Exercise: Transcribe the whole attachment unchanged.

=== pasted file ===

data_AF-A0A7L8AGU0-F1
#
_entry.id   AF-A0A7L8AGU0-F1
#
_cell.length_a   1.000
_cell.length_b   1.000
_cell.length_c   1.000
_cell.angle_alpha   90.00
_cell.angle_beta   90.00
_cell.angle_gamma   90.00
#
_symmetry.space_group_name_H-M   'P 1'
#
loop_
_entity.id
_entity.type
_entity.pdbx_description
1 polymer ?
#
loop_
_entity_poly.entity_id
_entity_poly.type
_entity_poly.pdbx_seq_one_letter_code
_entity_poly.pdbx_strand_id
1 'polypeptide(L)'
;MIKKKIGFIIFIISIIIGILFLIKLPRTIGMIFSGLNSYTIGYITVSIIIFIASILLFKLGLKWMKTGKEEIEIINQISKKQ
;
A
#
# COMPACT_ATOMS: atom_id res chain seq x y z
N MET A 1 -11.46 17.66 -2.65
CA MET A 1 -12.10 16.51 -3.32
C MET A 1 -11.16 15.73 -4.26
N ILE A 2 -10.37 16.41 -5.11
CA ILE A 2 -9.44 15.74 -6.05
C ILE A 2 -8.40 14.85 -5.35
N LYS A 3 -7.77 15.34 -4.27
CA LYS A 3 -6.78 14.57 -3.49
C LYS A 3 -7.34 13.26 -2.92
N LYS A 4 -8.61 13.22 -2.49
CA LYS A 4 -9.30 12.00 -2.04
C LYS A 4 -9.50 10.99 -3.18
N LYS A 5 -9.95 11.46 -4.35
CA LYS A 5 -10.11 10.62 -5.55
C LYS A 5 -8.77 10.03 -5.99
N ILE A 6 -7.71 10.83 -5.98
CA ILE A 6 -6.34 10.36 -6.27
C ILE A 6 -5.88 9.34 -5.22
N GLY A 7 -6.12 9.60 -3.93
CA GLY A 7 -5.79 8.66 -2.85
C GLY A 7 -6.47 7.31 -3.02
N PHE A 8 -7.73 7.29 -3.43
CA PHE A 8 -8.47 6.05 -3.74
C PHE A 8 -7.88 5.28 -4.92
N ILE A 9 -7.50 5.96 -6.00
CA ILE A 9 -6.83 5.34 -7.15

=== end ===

data_AF-A0A7L8AGU0-F1
#
_entry.id   AF-A0A7L8AGU0-F1
#
_cell.length_a   1.000
_cell.length_b   1.000
_cell.length_c   1.000
_cell.angle_alpha   90.00
_cell.angle_beta   90.00
_cell.angle_gamma   90.00
#
_symmetry.space_group_name_H-M   'P 1'
#
loop_
_entity.id
_entity.type
_entity.pdbx_description
1 polymer ?
#
loop_
_entity_poly.entity_id
_entity_poly.type
_entity_poly.pdbx_seq_one_letter_code
_entity_poly.pdbx_strand_id
1 'polypeptide(L)'
;MIKKKIGFIIFIISIIIGILFLIKLPRTIGMIFSGLNSYTIGYITVSIIIFIASILLFKLGLKWMKTGKEEIEIINQISKKQ
;
A
#
# COMPACT_ATOMS: atom_id res chain seq x y z
N MET A 1 -11.46 17.66 -2.65
CA MET A 1 -12.10 16.51 -3.32
C MET A 1 -11.16 15.73 -4.26
N ILE A 2 -10.37 16.41 -5.11
CA ILE A 2 -9.44 15.74 -6.05
C ILE A 2 -8.40 14.85 -5.35
N LYS A 3 -7.77 15.34 -4.27
CA LYS A 3 -6.78 14.57 -3.49
C LYS A 3 -7.34 13.26 -2.92
N LYS A 4 -8.61 13.22 -2.49
CA LYS A 4 -9.30 12.00 -2.04
C LYS A 4 -9.50 10.99 -3.18
N LYS A 5 -9.95 11.46 -4.35
CA LYS A 5 -10.11 10.62 -5.55
C LYS A 5 -8.77 10.03 -5.99
N ILE A 6 -7.71 10.83 -5.98
CA ILE A 6 -6.34 10.36 -6.27
C ILE A 6 -5.88 9.34 -5.22
N GLY A 7 -6.12 9.60 -3.93
CA GLY A 7 -5.79 8.66 -2.85
C GLY A 7 -6.47 7.31 -3.02
N PHE A 8 -7.73 7.29 -3.43
CA PHE A 8 -8.47 6.05 -3.74
C PHE A 8 -7.88 5.28 -4.92
N ILE A 9 -7.50 5.96 -6.00
CA ILE A 9 -6.83 5.34 -7.15